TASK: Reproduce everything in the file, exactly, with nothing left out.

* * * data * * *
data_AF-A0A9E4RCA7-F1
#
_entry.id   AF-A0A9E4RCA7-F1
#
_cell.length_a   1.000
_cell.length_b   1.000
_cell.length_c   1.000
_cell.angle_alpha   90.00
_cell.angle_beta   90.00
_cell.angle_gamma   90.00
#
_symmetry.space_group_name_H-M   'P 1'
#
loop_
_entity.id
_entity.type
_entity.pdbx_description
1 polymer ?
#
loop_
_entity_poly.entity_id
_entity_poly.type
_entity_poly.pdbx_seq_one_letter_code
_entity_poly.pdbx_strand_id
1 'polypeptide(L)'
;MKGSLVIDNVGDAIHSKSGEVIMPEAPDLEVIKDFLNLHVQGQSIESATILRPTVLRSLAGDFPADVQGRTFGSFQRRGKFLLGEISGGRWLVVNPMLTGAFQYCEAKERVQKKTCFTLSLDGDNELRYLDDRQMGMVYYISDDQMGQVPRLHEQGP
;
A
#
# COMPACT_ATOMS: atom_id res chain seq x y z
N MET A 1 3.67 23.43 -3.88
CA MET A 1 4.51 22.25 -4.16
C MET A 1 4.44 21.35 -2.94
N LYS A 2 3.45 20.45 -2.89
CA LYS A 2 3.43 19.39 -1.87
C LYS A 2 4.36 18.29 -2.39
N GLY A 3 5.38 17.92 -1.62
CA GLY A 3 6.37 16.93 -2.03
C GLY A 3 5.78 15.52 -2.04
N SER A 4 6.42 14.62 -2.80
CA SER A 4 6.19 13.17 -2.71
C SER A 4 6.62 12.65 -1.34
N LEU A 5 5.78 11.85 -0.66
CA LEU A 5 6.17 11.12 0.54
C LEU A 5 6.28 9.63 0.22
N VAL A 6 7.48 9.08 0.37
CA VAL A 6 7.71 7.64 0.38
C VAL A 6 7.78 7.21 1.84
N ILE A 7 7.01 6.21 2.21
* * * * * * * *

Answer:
data_AF-A0A9E4RCA7-F1
#
_entry.id   AF-A0A9E4RCA7-F1
#
_cell.length_a   1.000
_cell.length_b   1.000
_cell.length_c   1.000
_cell.angle_alpha   90.00
_cell.angle_beta   90.00
_cell.angle_gamma   90.00
#
_symmetry.space_group_name_H-M   'P 1'
#
loop_
_entity.id
_entity.type
_entity.pdbx_description
1 polymer ?
#
loop_
_entity_poly.entity_id
_entity_poly.type
_entity_poly.pdbx_seq_one_letter_code
_entity_poly.pdbx_strand_id
1 'polypeptide(L)'
;MKGSLVIDNVGDAIHSKSGEVIMPEAPDLEVIKDFLNLHVQGQSIESATILRPTVLRSLAGDFPADVQGRTFGSFQRRGKFLLGEISGGRWLVVNPMLTGAFQYCEAKERVQKKTCFTLSLDGDNELRYLDDRQMGMVYYISDDQMGQVPRLHEQGP
;
A
#
# COMPACT_ATOMS: atom_id res chain seq x y z
N MET A 1 3.67 23.43 -3.88
CA MET A 1 4.51 22.25 -4.16
C MET A 1 4.44 21.35 -2.94
N LYS A 2 3.45 20.45 -2.89
CA LYS A 2 3.43 19.39 -1.87
C LYS A 2 4.36 18.29 -2.39
N GLY A 3 5.38 17.92 -1.62
CA GLY A 3 6.37 16.93 -2.03
C GLY A 3 5.78 15.52 -2.04
N SER A 4 6.42 14.62 -2.80
CA SER A 4 6.19 13.17 -2.71
C SER A 4 6.62 12.65 -1.34
N LEU A 5 5.78 11.85 -0.66
CA LEU A 5 6.17 11.12 0.54
C LEU A 5 6.28 9.63 0.22
N VAL A 6 7.48 9.08 0.37
CA VAL A 6 7.71 7.64 0.38
C VAL A 6 7.78 7.21 1.84
N ILE A 7 7.01 6.21 2.21